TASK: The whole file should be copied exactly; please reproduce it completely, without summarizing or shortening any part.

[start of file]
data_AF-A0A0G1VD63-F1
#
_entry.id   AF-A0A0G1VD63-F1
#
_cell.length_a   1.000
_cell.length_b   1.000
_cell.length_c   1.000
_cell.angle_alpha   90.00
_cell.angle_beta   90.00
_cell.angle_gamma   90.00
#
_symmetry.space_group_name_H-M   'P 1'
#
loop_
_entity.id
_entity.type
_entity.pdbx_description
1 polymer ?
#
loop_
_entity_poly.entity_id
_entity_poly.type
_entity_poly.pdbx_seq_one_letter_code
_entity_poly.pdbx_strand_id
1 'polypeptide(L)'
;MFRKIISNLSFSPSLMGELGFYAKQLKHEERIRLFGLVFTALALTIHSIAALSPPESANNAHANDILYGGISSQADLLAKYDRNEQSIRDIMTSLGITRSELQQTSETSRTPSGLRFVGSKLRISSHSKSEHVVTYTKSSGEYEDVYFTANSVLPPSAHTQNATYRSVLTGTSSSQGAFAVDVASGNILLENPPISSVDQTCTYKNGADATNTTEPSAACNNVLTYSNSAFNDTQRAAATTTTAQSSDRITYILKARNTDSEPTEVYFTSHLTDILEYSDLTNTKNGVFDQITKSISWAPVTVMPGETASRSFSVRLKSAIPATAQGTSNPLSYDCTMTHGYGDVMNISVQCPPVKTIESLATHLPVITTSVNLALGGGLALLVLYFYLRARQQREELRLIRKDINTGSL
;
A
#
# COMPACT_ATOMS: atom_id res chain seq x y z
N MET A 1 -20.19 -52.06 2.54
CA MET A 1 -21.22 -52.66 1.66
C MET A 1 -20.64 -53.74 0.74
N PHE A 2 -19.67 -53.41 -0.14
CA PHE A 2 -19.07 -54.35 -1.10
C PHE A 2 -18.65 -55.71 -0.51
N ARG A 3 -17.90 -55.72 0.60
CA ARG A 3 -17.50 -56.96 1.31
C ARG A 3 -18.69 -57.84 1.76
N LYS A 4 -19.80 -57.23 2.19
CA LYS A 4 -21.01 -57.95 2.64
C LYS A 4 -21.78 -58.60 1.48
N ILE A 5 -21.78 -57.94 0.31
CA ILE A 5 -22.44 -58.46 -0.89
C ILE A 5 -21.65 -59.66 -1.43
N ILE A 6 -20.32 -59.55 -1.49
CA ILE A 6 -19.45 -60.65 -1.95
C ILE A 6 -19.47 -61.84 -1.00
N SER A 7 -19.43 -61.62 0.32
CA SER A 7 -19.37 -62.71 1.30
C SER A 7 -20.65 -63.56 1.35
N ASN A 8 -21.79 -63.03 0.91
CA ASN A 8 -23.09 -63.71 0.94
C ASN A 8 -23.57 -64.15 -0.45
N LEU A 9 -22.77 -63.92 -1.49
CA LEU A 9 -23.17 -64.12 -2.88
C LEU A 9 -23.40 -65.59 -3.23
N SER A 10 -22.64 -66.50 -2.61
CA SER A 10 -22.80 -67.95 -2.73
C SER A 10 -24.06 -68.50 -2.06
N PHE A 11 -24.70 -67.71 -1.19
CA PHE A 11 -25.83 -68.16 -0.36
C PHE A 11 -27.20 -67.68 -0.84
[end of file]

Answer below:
data_AF-A0A0G1VD63-F1
#
_entry.id   AF-A0A0G1VD63-F1
#
_cell.length_a   1.000
_cell.length_b   1.000
_cell.length_c   1.000
_cell.angle_alpha   90.00
_cell.angle_beta   90.00
_cell.angle_gamma   90.00
#
_symmetry.space_group_name_H-M   'P 1'
#
loop_
_entity.id
_entity.type
_entity.pdbx_description
1 polymer ?
#
loop_
_entity_poly.entity_id
_entity_poly.type
_entity_poly.pdbx_seq_one_letter_code
_entity_poly.pdbx_strand_id
1 'polypeptide(L)'
;MFRKIISNLSFSPSLMGELGFYAKQLKHEERIRLFGLVFTALALTIHSIAALSPPESANNAHANDILYGGISSQADLLAKYDRNEQSIRDIMTSLGITRSELQQTSETSRTPSGLRFVGSKLRISSHSKSEHVVTYTKSSGEYEDVYFTANSVLPPSAHTQNATYRSVLTGTSSSQGAFAVDVASGNILLENPPISSVDQTCTYKNGADATNTTEPSAACNNVLTYSNSAFNDTQRAAATTTTAQSSDRITYILKARNTDSEPTEVYFTSHLTDILEYSDLTNTKNGVFDQITKSISWAPVTVMPGETASRSFSVRLKSAIPATAQGTSNPLSYDCTMTHGYGDVMNISVQCPPVKTIESLATHLPVITTSVNLALGGGLALLVLYFYLRARQQREELRLIRKDINTGSL
;
A
#
# COMPACT_ATOMS: atom_id res chain seq x y z
N MET A 1 -20.19 -52.06 2.54
CA MET A 1 -21.22 -52.66 1.66
C MET A 1 -20.64 -53.74 0.74
N PHE A 2 -19.67 -53.41 -0.14
CA PHE A 2 -19.07 -54.35 -1.10
C PHE A 2 -18.65 -55.71 -0.51
N ARG A 3 -17.90 -55.72 0.60
CA ARG A 3 -17.50 -56.96 1.31
C ARG A 3 -18.69 -57.84 1.76
N LYS A 4 -19.80 -57.23 2.19
CA LYS A 4 -21.01 -57.95 2.64
C LYS A 4 -21.78 -58.60 1.48
N ILE A 5 -21.78 -57.94 0.31
CA ILE A 5 -22.44 -58.46 -0.89
C ILE A 5 -21.65 -59.66 -1.43
N ILE A 6 -20.32 -59.55 -1.49
CA ILE A 6 -19.45 -60.65 -1.95
C ILE A 6 -19.47 -61.84 -1.00
N SER A 7 -19.43 -61.62 0.32
CA SER A 7 -19.37 -62.71 1.30
C SER A 7 -20.65 -63.56 1.35
N ASN A 8 -21.79 -63.03 0.91
CA ASN A 8 -23.09 -63.71 0.94
C ASN A 8 -23.57 -64.15 -0.45
N LEU A 9 -22.77 -63.92 -1.49
CA LEU A 9 -23.17 -64.12 -2.88
C LEU A 9 -23.40 -65.59 -3.23
N SER A 10 -22.64 -66.50 -2.61
CA SER A 10 -22.80 -67.95 -2.73
C SER A 10 -24.06 -68.50 -2.06
N PHE A 11 -24.70 -67.71 -1.19
CA PHE A 11 -25.83 -68.16 -0.36
C PHE A 11 -27.20 -67.68 -0.84